I came prepared with a second prototype, a timeline that sketched a three-month effort to launch and well-rehearsed speeches on why I was the person to hire.

I didn’t present anything I prepared. Five minutes into the conversation, they said make it so.

So here we are, a few days before the debut of the weekly newsletter. As we sweat out the final hours before the launch, I look back and see that I laid a strong foundation for this first GWC venture.

Here’s what I learned. I hope these tips help other fledgling digital media entrepreneurs.

  1. Start with business basics. Get a business license. If you company is going to be a DBA (“Doing Business As” or a fictitious business name) register the firm’s name and place a fictitious business ad in a local newspaper. Get a post office box, set up a company checking account, and add a phone line with a separate number for the business. Invest in business cards. None of this is exciting, but trust me, this all comes in handy.
  2. Buy domain names. Get it before someone else does. Buy your own name as a domain name. Domain names are fairly cheap. Don’t stop there. Buy a package that includes, at the very least, web-hosting, and several e-mail addresses (Gmail, Hotmail and Yahoo accounts are cool and free, but it is more professional to have an individual domain name attached to your business e-mail address.)
  3. Go back to school. Take a class on Web publishing. Learn how to take strong digital photos and then how to edit them with Photoshop. Take relevant business courses.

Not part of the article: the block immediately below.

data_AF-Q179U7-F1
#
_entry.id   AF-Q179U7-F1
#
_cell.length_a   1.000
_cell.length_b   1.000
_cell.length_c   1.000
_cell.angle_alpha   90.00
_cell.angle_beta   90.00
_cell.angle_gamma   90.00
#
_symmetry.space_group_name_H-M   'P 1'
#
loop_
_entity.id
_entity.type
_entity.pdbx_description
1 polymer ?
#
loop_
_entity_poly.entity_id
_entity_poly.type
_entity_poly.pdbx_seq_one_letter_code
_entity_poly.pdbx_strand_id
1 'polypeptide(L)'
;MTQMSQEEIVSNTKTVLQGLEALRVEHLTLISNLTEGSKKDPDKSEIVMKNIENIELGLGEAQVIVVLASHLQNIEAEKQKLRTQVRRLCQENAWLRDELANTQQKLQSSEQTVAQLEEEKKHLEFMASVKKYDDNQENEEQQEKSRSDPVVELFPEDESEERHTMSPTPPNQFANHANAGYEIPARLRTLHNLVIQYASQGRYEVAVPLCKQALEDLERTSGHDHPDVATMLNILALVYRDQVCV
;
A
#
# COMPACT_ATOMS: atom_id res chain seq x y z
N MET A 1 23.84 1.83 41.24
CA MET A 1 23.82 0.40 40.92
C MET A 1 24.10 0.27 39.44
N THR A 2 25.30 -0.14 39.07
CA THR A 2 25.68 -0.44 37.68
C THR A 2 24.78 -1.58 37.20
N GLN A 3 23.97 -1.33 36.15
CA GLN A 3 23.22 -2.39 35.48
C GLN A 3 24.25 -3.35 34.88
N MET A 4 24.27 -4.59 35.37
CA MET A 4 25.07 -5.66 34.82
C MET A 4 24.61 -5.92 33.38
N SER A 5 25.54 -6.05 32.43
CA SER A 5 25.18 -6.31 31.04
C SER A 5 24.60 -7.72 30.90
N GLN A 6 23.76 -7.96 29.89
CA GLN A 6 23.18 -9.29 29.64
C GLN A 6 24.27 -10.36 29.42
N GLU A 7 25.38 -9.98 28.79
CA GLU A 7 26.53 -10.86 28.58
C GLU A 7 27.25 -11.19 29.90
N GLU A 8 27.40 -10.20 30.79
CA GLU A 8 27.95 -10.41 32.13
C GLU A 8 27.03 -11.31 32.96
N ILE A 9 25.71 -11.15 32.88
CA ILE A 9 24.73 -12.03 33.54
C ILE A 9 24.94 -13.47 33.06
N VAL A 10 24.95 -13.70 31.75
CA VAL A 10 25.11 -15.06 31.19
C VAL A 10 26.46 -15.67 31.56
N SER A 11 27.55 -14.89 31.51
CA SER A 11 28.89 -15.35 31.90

4. Decide on a niche. Do you want to cover your community with a strong hyper-local news site? Do it. Do you see a void in local fashion coverage? Create a site and fill it. I decided not to go down the content creation road. Through GWC, I want to support the creation of quality journalism by finding ways for digital journalists to make money. To do this, GWC wants to partner with small sites such as to create and implement marketing, advertising and circulation plans. (I’m not the only one taking this route. I gotta give a shout out to GannettLocal and GrowthSpur.) GWC will also partner with legacy media companies to help develop and test new, ad-supported digital products.
  5. Create prototypes. Show prospective customers what your site is going to look like. It doesn’t matter what form—a printout, a pdf, a digital version—people respond to visuals.
  6. Cultivate professional relationships with web designers and developers. Designers make the site look pretty. Developers know HTML, PHP and all the other code languages. They make the site work. You will need help from people with these skills in order to be successful. (See Tip No. 5. Designers can do everything—from prototypes to creating logos.)
  7. Be prepared to be self reliant. There is no “I” in “entrepreneur,” but there should be. You are going to have to do it all. Report the story. Write the headline. Shoot and crop the photos and post it all by deadline. This is more than demanding work. That is why many small and medium news sites don’t have any advertising. Journalists are too busy feeding the news machine. For the foodgal newsletter, I have created marketing kits, made cold calls to potential advertisers, created a Google AdWords campaign and passed out flyers at local farmers markets about the foodgal newsletter. I have also cropped photos and written and built spec ads.

That’s how we got to launch. Please join GWC for this first of what I believe will be many successful—and profitable—digital media ventures.

(To learn more about Golden Wheel Communication, click here. To subscribe to the newsletter, click here.)